One of the mysteries of the English language finally explained.
The existing state of things, as opposed to one that is imaginary, simulated, or theoretical.‘we live in the real world of limited financial resources’as modifier ‘the real-world problems that teenagers face’
- ‘They aren't talking about the real-world events that occurred in those places 20 years ago, but rather about how those events made them feel.’
- ‘The show, for the most part, has roots in both the real world.’
- ‘It is quite clear from the local plan that it is shops we want, not restaurants, but we have to live in the real world.’
- ‘Only when the regulations have been put through the paces associated with real-world litigation will the full ramifications and impact truly be known.’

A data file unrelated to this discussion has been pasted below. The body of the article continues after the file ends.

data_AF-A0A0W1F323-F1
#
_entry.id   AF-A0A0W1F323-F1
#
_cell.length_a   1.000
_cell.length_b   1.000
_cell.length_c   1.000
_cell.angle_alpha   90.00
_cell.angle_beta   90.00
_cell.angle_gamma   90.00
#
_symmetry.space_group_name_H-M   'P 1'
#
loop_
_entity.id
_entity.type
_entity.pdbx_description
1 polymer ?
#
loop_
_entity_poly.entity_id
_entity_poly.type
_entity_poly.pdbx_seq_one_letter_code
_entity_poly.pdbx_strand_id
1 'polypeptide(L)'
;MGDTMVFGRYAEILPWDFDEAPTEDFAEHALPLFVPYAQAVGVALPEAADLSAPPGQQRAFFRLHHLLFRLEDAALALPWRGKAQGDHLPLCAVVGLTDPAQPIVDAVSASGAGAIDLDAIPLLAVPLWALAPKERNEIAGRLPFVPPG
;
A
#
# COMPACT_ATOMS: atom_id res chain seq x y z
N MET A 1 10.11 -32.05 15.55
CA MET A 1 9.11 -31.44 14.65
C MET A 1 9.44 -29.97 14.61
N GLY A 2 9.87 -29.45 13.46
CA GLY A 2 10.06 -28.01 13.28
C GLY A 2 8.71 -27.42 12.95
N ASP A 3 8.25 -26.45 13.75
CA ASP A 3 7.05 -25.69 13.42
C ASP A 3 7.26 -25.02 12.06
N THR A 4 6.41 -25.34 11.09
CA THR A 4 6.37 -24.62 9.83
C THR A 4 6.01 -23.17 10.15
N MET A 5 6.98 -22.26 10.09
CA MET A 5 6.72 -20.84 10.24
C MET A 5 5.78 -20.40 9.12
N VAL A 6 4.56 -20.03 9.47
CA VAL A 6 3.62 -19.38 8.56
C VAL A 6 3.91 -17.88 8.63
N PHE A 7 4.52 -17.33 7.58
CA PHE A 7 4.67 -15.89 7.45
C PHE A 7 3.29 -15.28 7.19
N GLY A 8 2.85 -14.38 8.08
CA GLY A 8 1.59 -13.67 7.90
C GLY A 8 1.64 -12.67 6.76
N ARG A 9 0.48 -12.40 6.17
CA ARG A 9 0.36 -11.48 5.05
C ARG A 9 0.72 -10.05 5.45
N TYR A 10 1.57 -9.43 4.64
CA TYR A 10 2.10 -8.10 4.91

- ‘One of the rules you have for surviving college and getting out into the real world is that the first job doesn't have to be great.’
- ‘If you think your marriage does not have economic consequences, then you're not living in the real world.’
- ‘Graphics programmers must have a wide range of tools to permit interactive experimentation and scientific visualization of real-world data sets.’
- ‘The legal professionals, and in this I would include the judiciary, operate in the real world.’
- ‘As a teacher, I'm so sick of the idea that the only good subjects to appeal to teenage readers are books about suicide, divorce, sex, death, and other topics that supposedly evoke the real-world problems that teenagers face.’
- ‘Although absolute vaccine safety is the optimal goal, it is difficult to achieve in the real world.’
- ‘It's almost like the real world doesn't even exist for these guys.’
- ‘How is Levitt's thinking applied to real world economic problems?’
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